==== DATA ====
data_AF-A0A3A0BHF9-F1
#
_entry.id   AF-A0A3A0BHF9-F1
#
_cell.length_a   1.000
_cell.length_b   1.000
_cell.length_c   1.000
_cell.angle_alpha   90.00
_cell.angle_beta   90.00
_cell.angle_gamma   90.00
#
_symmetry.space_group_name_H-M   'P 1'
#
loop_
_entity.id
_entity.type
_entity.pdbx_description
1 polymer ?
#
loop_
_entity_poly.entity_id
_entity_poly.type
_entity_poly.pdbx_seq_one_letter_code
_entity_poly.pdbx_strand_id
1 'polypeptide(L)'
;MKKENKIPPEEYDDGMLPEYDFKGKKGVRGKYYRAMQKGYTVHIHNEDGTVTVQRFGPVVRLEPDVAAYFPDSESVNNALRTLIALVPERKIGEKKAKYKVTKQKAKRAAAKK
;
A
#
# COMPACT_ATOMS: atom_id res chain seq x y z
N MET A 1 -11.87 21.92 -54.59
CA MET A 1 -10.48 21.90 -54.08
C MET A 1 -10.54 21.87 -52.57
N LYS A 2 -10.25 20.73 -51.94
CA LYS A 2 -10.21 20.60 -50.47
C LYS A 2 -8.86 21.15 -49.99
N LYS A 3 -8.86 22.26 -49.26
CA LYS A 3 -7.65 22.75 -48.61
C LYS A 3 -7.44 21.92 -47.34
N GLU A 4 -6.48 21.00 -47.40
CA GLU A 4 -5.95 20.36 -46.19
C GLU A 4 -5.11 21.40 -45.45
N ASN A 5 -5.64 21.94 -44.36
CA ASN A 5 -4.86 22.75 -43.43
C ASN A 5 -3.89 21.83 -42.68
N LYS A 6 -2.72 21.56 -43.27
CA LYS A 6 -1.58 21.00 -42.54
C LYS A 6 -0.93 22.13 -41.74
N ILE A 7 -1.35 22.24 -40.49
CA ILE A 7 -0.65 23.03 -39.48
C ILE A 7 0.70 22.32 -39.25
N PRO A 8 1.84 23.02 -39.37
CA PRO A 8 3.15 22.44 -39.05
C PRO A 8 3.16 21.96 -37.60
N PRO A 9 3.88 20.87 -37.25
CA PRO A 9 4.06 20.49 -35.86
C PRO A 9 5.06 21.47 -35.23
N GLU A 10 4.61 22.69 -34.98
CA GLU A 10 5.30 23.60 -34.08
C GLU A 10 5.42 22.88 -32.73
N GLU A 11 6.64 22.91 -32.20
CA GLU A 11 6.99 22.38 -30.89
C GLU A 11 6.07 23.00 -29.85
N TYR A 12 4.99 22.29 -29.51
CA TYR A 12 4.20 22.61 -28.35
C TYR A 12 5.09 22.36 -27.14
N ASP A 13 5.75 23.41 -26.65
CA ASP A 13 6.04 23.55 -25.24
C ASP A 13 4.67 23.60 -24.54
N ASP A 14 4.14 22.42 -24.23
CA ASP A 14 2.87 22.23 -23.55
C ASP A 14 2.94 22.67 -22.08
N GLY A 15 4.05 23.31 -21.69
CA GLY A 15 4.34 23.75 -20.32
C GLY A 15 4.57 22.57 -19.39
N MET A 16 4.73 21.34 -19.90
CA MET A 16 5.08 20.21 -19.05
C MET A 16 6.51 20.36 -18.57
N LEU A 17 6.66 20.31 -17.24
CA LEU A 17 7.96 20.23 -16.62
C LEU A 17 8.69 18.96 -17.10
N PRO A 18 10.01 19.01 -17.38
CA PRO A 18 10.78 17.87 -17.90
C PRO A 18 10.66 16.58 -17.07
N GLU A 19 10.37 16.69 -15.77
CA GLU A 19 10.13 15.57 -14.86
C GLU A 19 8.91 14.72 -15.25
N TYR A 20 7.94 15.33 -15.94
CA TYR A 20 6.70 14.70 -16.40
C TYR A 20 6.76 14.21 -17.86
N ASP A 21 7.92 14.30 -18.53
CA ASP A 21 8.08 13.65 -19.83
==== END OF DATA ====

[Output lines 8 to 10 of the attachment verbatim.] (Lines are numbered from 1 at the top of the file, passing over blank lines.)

_cell.angle_alpha   90.00
_cell.angle_beta   90.00
_cell.angle_gamma   90.00